Edit ModuleShow Tags

Strike it Rich!


(page 1 of 4)

This nation’s initial attempt to “accommodate” Native Americans was a story of Johnny-come-latelies doling out parcels of property to the people who owned it all in the first place. Most of the properties dealt back to the American Indians were less than prime.

To find Indian reservations in San Diego County, you have to drive the back roads or flip through the less familiar pages of your Thomas Brothers map book. But you can also see tribal names—and what they offer—on billboards along virtually any arterial highway. Or you can catch their commercials a few times an hour on the tube.

What is it they offer? Casinos.

The Mission Indians—so named, obviously, by the Johnny-come-latelies who often misused and abused the native residents —broke off into a handful of separate bands. A look at the Barona Band of Mission Indians is a look at the roots of many or all of these bands. The Barona Band split from the nearby (as the crow flies) Viejas Band in 1932 and settled in a pastoral valley a bit northeast of Lakeside. Each tribal family was given a wagon, two horses and five cows by the federal government. Remember, this was 1932! And that was wagon, as in horse-drawn.

The concept was that these people would take their “windfall” and find a way to live off the land. Without taking a Micheneresque approach—following generations through heartbreaks and hardships—suffice it to say there would come a day when San Diego’s true native sons struck a mother lode on their land.

It started slowly at first, with the realization that an Indian reservation was a sovereign place. White man–made laws could be set aside, particularly those pertaining to games of chance.

Gambling would become a bonanza. San Diego as a whole could not turn itself into Las Vegas or Atlantic City. But the progeny of those Mission Indians have built oases of gaming off the I-8 corridor to the east and the I-15 corridor to the north. They have come a long way from a wagon, two horses and five cows. The land, or what they have built on that land, now works for them.

The Barona, Viejas and Sycuan casinos have been fixtures in the foothills east of San Diego for a decade. Even farther east, Golden Acorn sputtered to life in August. Earlier this year, “Casino Row”—Pala, Pauma, Rincon and Valley View—sprung up in a loop east of Escondido.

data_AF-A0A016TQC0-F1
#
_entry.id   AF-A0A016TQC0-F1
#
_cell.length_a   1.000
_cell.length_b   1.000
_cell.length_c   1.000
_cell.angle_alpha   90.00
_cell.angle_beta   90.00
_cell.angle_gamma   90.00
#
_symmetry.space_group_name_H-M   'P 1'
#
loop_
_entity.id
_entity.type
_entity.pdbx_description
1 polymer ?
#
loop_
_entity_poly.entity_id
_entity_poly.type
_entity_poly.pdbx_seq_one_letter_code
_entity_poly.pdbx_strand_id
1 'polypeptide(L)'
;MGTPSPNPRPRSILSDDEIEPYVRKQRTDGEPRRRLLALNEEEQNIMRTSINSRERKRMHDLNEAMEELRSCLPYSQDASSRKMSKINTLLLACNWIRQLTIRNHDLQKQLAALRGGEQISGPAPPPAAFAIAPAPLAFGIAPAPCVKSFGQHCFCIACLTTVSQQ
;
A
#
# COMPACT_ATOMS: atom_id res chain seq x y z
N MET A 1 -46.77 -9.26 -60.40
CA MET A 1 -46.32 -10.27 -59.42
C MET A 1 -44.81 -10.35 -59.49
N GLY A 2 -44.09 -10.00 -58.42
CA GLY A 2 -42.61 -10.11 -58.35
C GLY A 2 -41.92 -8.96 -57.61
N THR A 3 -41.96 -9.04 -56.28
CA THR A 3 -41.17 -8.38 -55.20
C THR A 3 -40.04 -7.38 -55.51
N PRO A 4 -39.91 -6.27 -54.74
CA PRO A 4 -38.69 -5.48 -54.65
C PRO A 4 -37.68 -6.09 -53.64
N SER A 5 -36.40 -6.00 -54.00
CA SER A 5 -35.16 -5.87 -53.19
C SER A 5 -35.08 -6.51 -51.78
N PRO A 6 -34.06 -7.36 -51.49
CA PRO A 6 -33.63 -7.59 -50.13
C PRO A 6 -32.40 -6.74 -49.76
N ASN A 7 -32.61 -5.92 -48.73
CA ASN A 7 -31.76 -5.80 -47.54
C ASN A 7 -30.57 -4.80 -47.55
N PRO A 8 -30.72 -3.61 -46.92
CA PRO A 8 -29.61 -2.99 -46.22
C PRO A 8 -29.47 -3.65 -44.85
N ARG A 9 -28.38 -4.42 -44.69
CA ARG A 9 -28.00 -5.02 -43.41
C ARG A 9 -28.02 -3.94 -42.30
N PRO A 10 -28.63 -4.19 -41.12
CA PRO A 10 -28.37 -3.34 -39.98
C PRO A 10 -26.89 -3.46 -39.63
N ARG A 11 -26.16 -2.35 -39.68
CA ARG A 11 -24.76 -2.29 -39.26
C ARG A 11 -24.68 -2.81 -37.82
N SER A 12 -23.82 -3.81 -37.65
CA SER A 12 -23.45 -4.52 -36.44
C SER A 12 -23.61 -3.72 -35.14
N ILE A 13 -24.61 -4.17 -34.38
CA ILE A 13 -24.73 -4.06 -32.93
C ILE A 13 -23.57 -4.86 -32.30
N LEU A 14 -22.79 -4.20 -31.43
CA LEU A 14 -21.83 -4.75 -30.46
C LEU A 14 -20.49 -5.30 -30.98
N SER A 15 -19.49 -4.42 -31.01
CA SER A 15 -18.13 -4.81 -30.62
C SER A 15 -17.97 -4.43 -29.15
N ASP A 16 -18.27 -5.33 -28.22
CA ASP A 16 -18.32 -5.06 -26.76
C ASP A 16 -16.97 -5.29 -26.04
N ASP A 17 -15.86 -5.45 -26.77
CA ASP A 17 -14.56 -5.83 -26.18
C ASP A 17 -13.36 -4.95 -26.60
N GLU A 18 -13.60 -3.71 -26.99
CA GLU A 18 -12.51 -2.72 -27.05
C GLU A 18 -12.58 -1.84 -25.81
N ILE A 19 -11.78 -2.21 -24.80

Count ’em ... that’s eight casinos in San Diego County.

Though the door to tribal gambling has been ajar for a few years, Proposition 1A kicked it wide open. Walk out of the blistering summer heat into any of these air-conditioned tribal casinos, and you would be hard-pressed to say for sure that you had not been mileage-warped into Nevada.

Indeed, there are now almost 12,000 pinging, ringing, Elvis-singing slot machines in San Diego County. There are almost 300 tables for blackjack, poker, pai gow, et al. Three casinos offer satellite wagering, and two offer bingo. One casino already has an affiliated hotel, two have hotels under construction, and three others have them on the drawing boards.

Is it getting to the point where too much is too much?

“Think about it,” answers Jim Muse, general manager of Sycuan, the oldest continually operated gaming house in the county. “We were hearing the same thing about Las Vegas 10 years ago—probably 25 or 30 years ago—and they’re continuing to grow and continuing to build megaresorts. The gaming industry just represents another form of entertainment the public seems to like. It’s an awful lot more convenient here than trying to get to Las Vegas and find hotel rooms and airline reservations and all that hassle.”

The reality is that what you see, feel and hear in San Diego County is only the beginning.
Edit ModuleShow Tags
Edit ModuleShow Tags

More »Related Stories

San Diego's Best New Restaurants 2015

From upscale modern Mexican to a hole-in-the-wall Thai spot, food critic Troy Johnson reveals his 10 favorite new eateries of 2015

The Beer Lover's (Ice) Bucket List

Need a New Year's resolution? Further your beer education by trying these 15 must-drink brews

Architecture: Modern Wonder

Inside Rob Quigley and Kathleen Hallahan’s award-winning East Village domicile
Edit Module
Edit ModuleShow Tags
Edit ModuleShow Tags

Most Popular

  1. Dear Chargers, It's Over
    A pre-emptive breakup letter to the team we love
  2. Healthcare Goes High-Tech
    Dr. Eric Topol is putting health care in the palms of our hands
  3. Be Seen This Fall in Rancho Mirage
    Enter To Win a 2 Night Stay Package at The Luxurious Westin Mission Hills Golf Resort & Spa
  4. Growing Up in San Diego
    26 memories of being a kid in America's Finest City
  5. Incoming: Liberty Public Market
    San Diego's big public market unveils three big new concepts
  6. FIRST LOOK: Duke's La Jolla
    For decades, Top of the Cove in La Jolla held one of the most iconic restaurant spots in San Diego. Now they've finally filled that space. Take an exclusive first look at Duke's La Jolla.
Edit ModuleShow Tags


October is Rideshare Month

Join the Rideshare 2015 Challenge and get there together

Go Ahead... Ask McMillin!

At McMillin Realty, we are encouraging you to bring us your real estate questions. We will answer these questions….. for free.
Edit ModuleShow Tags
Edit Module
Edit Module

Connect With Us:

Edit ModuleShow Tags


Win Dinner for Two at Black&Blue Steakhouse

Win dinner for two at Black&Blue Steakhouse and $25 in Free Slot Play at Valley View Casino

MADE IN AMERICA — Craft Icons of the 50 States

MADE IN AMERICA is the last exhibition in Mingei International Museum’s American Icons series, celebrating 100 years of folk art, craft and design from coast to coast.
Edit ModuleShow Tags
Edit Module Edit Module
Edit ModuleShow Tags
Edit ModuleShow Tags